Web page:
We originated a smaller amount of new investments in 2008 due to the economic conditions and the limited availability of new capital discussed above. We expect our rate of originating new investments to remain lower than historical levels. We continue to look for new investment opportunities, including investments in the distressed commercial real estate debt market.

During 2008, we reduced our leverage and eliminated our exposure to short term repurchase debt subject to margin calls. We also have repurchased, and expect to continue to repurchase, our discounted debt. We will also continue to seek and develop alternative financing sources while focusing on enhancing our liquidity.

During the years ended December 31, 2008 and 2007, we generated adjusted earnings per diluted share of $1.84 and $2.75, respectively, total loss per diluted share of $7.03 and $6.26, respectively, and gross cash flow of

 

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$174.5 million and $214.3 million, respectively. Our GAAP net losses in the years ended December 31, 2008 and 2007 were primarily caused by the following:

 

   

Allowance for losses. We increased our allowance for losses to $172.0 million as of December 31, 2008 from $26.4 million as of December 31, 2007. The provision for losses recorded during the year ended December 31, 2008 was $162.8 million and resulted from increased delinquencies in our residential mortgage loans and increased non-performing loans in our commercial real estate portfolios.

Performance in our commercial real estate portfolio has deteriorated during 2008. As of December 31, 2008, we had $186.0 million of non-performing loans, an increase of $144.1 million from $41.9 million of non-performing loans as of December 31, 2007. Worsening economic conditions, reduced occupancy, lack of liquidity and, in some cases, bankruptcy by our borrowers, has caused the increase in our non-performing loans and the related increase in our allowance for losses. We increased our allowance for losses on our commercial real estate portfolio to $117.7 million as of December 31, 2008 from $14.6 million as of December 31, 2007.

During the year ended December 31, 2008, delinquencies in our residential mortgage portfolios increased by $184.4 million, or 153.8%, to $304.3 million as of December 31, 2008 compared to $119.9 million as of December 31, 2007. During this same period, house prices across the United States declined dramatically coupled with a steady and significant increase in loan foreclosures. As a result of these trends, we increased our allowance for losses on our residential mortgages to $54.2 million as of December 31, 2008 from $11.8 million as of December 31, 2007.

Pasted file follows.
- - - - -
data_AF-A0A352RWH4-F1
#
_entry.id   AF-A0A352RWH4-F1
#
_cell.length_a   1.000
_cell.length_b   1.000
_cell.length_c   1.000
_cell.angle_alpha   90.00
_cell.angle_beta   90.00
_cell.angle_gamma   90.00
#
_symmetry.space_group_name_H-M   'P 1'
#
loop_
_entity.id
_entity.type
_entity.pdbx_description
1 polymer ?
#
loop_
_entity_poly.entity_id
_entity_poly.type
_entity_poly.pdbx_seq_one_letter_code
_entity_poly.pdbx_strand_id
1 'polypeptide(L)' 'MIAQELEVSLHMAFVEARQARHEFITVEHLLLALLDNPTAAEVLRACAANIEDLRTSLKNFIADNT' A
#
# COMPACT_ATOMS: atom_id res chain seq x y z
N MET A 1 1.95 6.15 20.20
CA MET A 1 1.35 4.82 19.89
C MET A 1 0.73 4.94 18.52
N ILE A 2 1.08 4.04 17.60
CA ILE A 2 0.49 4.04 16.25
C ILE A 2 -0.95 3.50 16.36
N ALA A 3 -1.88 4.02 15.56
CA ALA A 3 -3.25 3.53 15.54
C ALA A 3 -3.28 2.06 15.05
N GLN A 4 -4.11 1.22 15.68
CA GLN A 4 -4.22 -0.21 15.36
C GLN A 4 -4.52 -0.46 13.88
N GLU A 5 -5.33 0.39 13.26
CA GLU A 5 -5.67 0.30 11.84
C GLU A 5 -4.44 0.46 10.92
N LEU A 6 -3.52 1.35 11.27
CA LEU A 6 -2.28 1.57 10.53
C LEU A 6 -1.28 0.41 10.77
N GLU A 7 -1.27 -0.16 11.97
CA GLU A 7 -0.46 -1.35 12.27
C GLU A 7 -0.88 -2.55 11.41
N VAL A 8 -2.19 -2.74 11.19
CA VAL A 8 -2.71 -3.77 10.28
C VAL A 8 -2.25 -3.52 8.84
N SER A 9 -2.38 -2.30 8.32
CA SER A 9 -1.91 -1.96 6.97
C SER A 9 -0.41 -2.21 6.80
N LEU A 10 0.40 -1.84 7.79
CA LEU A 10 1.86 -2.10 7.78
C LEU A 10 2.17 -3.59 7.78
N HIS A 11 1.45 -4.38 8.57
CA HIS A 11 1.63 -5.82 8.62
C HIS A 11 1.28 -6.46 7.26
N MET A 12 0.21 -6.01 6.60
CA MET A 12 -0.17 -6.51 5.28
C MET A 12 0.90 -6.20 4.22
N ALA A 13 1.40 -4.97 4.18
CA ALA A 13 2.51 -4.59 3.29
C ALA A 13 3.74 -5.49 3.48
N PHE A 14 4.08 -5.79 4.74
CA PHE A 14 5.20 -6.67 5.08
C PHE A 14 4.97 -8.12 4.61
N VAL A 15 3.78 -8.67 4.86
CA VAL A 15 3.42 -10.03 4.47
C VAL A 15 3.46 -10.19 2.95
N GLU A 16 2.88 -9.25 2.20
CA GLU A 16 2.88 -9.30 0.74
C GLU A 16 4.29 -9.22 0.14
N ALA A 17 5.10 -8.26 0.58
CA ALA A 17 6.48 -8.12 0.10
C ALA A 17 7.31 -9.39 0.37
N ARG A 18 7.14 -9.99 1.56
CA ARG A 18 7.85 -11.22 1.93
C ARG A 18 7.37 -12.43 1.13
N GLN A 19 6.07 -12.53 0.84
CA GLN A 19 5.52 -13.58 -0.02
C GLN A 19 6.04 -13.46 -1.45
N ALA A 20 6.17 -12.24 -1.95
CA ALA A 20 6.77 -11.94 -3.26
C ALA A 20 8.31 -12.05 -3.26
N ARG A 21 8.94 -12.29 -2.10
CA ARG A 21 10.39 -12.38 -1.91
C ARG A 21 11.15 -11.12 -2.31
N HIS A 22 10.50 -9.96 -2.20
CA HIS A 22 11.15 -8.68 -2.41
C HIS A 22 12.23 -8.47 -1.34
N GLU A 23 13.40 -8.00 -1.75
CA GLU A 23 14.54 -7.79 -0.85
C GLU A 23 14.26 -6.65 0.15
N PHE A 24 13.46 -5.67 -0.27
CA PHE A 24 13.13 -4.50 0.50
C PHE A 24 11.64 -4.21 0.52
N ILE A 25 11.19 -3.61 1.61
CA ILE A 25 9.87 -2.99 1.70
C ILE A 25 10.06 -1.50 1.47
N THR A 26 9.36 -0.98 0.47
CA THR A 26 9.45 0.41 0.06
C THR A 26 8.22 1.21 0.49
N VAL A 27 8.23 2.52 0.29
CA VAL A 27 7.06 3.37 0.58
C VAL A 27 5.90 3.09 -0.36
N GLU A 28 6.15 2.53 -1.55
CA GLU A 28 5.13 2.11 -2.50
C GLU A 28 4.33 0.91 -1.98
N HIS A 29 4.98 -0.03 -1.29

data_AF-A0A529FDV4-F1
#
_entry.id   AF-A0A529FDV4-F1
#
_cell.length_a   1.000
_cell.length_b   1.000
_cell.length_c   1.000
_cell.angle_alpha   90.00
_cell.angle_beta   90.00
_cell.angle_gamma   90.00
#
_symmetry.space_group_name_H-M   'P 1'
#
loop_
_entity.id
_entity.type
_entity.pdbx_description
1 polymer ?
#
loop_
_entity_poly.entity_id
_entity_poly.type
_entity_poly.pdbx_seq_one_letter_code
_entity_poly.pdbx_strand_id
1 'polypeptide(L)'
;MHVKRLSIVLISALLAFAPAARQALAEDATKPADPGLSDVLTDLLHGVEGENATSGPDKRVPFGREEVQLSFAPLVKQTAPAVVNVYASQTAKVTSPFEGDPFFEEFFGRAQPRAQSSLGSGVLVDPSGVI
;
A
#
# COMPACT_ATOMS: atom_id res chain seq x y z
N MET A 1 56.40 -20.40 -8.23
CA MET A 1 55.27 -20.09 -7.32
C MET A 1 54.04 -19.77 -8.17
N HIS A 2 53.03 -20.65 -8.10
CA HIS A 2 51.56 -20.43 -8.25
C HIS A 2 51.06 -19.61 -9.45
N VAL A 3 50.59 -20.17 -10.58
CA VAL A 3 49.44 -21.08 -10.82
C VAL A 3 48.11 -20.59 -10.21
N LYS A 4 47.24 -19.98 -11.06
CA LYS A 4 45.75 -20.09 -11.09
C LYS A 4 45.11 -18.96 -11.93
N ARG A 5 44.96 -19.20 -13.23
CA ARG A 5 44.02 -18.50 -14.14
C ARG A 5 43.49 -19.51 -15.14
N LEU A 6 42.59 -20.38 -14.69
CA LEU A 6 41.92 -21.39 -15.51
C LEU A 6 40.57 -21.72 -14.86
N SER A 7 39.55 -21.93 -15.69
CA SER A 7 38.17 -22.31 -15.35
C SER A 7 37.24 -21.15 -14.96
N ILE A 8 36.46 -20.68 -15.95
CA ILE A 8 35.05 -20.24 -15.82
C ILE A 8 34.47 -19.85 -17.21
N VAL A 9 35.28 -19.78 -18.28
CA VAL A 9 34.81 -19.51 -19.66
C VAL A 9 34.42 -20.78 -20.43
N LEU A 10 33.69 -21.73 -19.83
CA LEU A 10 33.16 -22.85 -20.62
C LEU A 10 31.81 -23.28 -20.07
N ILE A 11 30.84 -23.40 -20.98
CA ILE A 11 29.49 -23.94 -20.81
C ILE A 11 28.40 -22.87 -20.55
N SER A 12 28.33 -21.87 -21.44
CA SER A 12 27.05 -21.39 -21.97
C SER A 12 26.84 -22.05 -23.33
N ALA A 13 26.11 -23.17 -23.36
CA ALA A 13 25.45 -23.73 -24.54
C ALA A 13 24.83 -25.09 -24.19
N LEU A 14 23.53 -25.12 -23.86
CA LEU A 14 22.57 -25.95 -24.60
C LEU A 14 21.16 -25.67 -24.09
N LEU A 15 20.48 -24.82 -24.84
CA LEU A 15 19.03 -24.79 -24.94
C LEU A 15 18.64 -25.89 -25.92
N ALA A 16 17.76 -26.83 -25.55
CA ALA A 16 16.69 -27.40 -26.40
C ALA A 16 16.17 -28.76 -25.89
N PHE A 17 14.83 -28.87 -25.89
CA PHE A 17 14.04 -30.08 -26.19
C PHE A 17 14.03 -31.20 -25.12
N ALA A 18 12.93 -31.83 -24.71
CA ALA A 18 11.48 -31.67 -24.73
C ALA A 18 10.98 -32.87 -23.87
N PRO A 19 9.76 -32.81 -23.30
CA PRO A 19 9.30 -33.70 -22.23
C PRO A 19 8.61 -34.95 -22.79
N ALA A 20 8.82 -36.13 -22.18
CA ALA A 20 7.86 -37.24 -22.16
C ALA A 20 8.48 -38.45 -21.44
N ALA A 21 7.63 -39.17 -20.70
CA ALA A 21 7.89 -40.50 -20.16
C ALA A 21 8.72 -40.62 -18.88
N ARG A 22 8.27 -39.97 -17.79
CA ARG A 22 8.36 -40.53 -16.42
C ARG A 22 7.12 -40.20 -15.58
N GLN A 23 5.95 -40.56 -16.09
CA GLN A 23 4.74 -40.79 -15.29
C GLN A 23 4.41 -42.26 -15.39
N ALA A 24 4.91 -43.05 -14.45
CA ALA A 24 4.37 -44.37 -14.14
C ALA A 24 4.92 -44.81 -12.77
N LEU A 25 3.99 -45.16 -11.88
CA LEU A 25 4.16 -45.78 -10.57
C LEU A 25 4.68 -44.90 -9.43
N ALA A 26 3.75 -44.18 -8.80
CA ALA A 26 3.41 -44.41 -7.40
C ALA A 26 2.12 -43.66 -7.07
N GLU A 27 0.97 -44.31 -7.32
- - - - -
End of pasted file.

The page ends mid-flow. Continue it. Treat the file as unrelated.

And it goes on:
Changes in fair value of financial instruments. During 2008, the change in fair value of our financial instruments fluctuated significantly from historical levels due to the continuing turmoil in the credit markets. The change in fair value of our financial instruments was a net decrease of $552.4 million during the year ended December 31, 2008, before minority interest allocations of $206.0 million. This change was comprised of a decrease in the fair value of our financial assets totaling $1.7 billion, a decrease in the fair value of our financial liabilities totaling $1.6 billion and a decrease in the fair value of our interest rate derivatives totaling $394.8 million. Due to the volatility of the financial markets, we are unable to predict with any level of certainty the future changes in the fair value of our financial instruments.

 

   

Asset impairments. We recorded asset impairments of $67.1 million during the year ended December 31, 2008. These asset impairments were comprised of $22.6 million associated with investments in securities whose cash flows were reduced during 2008 from collateral defaults, $29.1 million associated with intangible assets, and $15.4 million associated with direct real estate investments where the expected recovery value of the property has diminished below our investment basis.

Our commercial real estate loans are our primary investment portfolio generating $95.4 million, or 54.7%, and $119.7 million, or 55.8%, of our gross cash flow during the years ended December 31, 2008 and 2007, respectively. During the years ended December 31, 2008 and 2007, we originated $612.7 million and $2,586.6 million, respectively, of new commercial real estate loans. Worsening economic conditions have subjected borrowers under our commercial real estate loans to financial stress, which has increased the number of loans on non-accrual and caused us to increase our allowance for losses. We continue to actively monitor and manage these loans. Where it is likely to enhance our returns, we consider restructuring loans, including restructuring that results in our consolidation of the underlying property. As we continue to pursue ways of improving our overall recovery and repayment on these loans, we may experience temporary reductions in net investment income and cash flow. CMBS financing has become less available as a source of refinancing for our borrowers, which slowed the pace of refinancing by our borrowers while also creating new lending opportunities for us. The U.S. government sponsored entities Fannie Mae and Freddie Mac continue to provide financing for the acquisition and refinancing of multi-family properties, which may positively impact our loans collateralized by multi-family properties. Liquidity for other commercial property types remains limited since banks are hesitant to lend and the securitization market for commercial real estate assets effectively has ceased. A substantial portion of our commercial real estate portfolio will mature in 2009. We expect that we will restructure increasing numbers of loans in the event our borrowers cannot obtain sources of refinancing upon maturity.